In the following paper, two evaluation indexes are defined so as to quantitatively evaluate detection performance of classic TQD model and the improved TQD model. Firstly, a set of projection threshold where and , should be given. Then, for a projection threshold , time and direction , we can obtain the number of points whose corresponding output (or ) is higher than projection threshold , denoted by . Here, we define detection rate and the normalized number of detected points by the following equations,
where is the motion direction of background.
For Fig. 3, i.e., th frame of the first image sequence, we set background velocity as , , and corresponding results of classic TQD model and the improved TQD model are shown in Fig. 7. As it is shown in Fig. 7, for classic TQD model, detection rate will increase as the rise of projection threshold while the normalized number of the detected points will decrease. However, for the improved TQD model, although the normalized number of detected points will decrease as the increase of projection, detection rate shows no significant change. More precisely, detection rates of the improved TQD model are close to in despite of background and projection threshold. In general, we hope to obtain a higher detection rate at relatively low projection threshold, because the number of detected points can also reach a higher value at this time. Higher number of detected points always means that motion direction of the background can be inferred in a wider receptive field. However, as we can see from Fig.7, detection rates of classic TQD model are much lower than that of the improved TQD model at relatively low projection threshold in despite of background velocity.
The second and the third image sequences were also used to evaluate detection performance of these two models. The th frame of these two image sequences are presented in Fig. 8 and Fig. 10, respectively. In Fig. 8, background is in leftward motion while in Fig. 10, background is in rightward motion. Relevant results are shown in Fig. 9 and Fig. 11. As we can see from Fig. 9 and Fig. 11, variation trends of curves do not show significantly different from that of Fig. 7. Therefore, similar conclusion can be obtained from Fig. 9 and Fig. 11. That is, optic-flow perception performance of the improved TQD model is much better than that of classic TQD model.
In this paper, a max operation mechanism is proposed to simulate physiological properties of a newly-identified intermediate neuron, Tm9. The functionality of Tm9 neuron was not reflected in previous correlation models, such as EMD and TQD. This max operation mechanism which acts on ON and OFF signals after signal rectification, is able to improve detection performance of classic TQD model in wide-field motion perception. Synthetic visual stimuli experiments demonstrate that this max operation mechanism can help TQD model avoid confusion in model outputs caused by incorrect signal correlation.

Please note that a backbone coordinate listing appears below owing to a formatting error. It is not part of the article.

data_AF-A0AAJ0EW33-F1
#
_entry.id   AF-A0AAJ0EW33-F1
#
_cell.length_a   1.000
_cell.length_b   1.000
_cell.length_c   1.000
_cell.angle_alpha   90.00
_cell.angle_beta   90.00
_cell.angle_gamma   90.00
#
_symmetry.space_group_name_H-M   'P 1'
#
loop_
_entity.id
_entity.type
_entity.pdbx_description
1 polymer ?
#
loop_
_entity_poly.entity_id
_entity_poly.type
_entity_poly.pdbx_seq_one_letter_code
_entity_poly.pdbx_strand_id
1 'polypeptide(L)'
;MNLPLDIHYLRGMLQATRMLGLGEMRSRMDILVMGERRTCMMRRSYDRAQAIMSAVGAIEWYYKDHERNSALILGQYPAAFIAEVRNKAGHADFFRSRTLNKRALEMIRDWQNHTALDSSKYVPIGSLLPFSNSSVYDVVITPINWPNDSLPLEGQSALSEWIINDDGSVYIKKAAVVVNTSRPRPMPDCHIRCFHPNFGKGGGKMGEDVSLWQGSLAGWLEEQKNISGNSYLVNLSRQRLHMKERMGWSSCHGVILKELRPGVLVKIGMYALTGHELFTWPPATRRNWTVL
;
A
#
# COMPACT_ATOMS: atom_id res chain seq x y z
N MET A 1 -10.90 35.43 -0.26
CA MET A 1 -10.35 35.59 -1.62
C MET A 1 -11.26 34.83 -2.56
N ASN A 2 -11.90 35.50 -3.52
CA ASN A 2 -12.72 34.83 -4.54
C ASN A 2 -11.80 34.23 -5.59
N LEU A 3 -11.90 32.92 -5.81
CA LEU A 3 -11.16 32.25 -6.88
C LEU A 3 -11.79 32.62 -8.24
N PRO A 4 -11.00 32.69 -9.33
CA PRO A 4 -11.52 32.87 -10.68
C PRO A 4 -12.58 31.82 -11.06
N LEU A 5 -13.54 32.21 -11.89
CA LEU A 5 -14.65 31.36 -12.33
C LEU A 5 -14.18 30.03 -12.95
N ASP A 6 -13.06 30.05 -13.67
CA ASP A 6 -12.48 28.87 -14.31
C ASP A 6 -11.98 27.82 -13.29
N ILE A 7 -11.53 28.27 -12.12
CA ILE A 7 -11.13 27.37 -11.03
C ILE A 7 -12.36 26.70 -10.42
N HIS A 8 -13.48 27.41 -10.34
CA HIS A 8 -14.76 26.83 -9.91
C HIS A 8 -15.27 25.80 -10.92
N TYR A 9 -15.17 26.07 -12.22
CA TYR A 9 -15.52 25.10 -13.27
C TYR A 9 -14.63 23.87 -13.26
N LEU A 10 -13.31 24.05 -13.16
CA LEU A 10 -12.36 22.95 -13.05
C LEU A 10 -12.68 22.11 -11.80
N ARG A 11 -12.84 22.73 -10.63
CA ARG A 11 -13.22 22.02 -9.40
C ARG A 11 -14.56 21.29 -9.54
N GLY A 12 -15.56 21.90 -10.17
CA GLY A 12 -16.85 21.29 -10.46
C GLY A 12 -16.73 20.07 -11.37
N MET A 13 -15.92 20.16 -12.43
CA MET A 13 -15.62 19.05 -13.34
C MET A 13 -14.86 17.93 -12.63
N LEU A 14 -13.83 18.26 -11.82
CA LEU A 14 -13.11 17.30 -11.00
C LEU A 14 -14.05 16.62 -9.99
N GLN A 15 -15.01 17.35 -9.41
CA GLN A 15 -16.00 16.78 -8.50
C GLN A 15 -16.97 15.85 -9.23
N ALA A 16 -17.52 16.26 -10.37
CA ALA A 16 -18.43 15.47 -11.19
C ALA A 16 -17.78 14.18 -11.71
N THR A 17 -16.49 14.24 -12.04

This research was supported by EU FP7-IRSES Project EYE2E (269118), LIVCODE (295151), HAZCEPT (318907), HORIZON project STEP2DYNA (691154) and ENRICHME (643691).
-  J. L. Fox and M. A. Frye, “Figure–ground discrimination behavior in drosophila. ii. visual influences on head movement behavior,” Journal of Experimental Biology, vol. 217, no. 4, pp. 570–579, 2014.
-  Y.-J. Lee, H. O. Jönsson, and K. Nordström, “Spatio-temporal dynamics of impulse responses to figure motion in optic flow neurons,” PloS one, vol. 10, no. 5, p. e0126265, 2015.
-  B. Hassenstein and W. Reichardt, “Systemtheoretische analyse der zeit-, reihenfolgen-und vorzeichenauswertung bei der bewegungsperzeption des rüsselkäfers chlorophanus,” Zeitschrift für Naturforschung B, vol. 11, no. 9-10, pp. 513–524, 1956.
-  H. Eichner, M. Joesch, B. Schnell, D. F. Reiff, and A. Borst, “Internal structure of the fly elementary motion detector,” Neuron, vol. 70, no. 6, pp. 1155–1164, 2011.
-  Q. Fu, S. Yue et al., “Modeling direction selective visual neural network with on and off pathways for extracting motion cues from cluttered background,” 2017.
-  Y. E. Fisher, J. C. Leong, K. Sporar, M. D. Ketkar, D. M. Gohl, T. R. Clandinin, and M. Silies, “A class of visual neurons with wide-field properties is required for local motion detection,” Current Biology, vol. 25, no. 24, pp. 3178–3189, 2015.
-  R. Behnia, D. A. Clark, A. G. Carter, T. R. Clandinin, and C. Desplan, “Processing properties of on and off pathways for drosophila motion detection,” Nature, vol. 512, no. 7515, pp. 427–430, 2014.
-  M. Joesch, B. Schnell, S. V. Raghu, D. F. Reiff, and A. Borst, “On and off pathways in drosophila motion vision,” Nature, vol. 468, no. 7321, pp. 300–304, 2010.
-  H. Wang, J. Peng, and S. Yue, “Bio-inspired small target motion detector with a new lateral inhibition mechanism,” in Neural Networks (IJCNN), 2016 International Joint Conference on. IEEE, 2016, pp. 4751–4758.
-  S. D. Wiederman, P. A. Shoemaker, and D. C. O’Carroll, “A model for the detection of moving targets in visual clutter inspired by insect physiology,” PloS one, vol. 3, no. 7, p. e2784, 2008.
-  H. Liu, R. Chellappa, and A. Rosenfeld, “Accurate dense optical flow estimation using adaptive structure tensors and a parametric model,” IEEE Transactions on Image Processing, vol. 12, no. 10, pp. 1170–1180, 2003.
-  L. Kratz and K. Nishino, “Tracking with local spatio-temporal motion patterns in extremely crowded scenes,” in Computer Vision and Pattern Recognition (CVPR), 2010 IEEE Conference on. IEEE, 2010, pp. 693–700.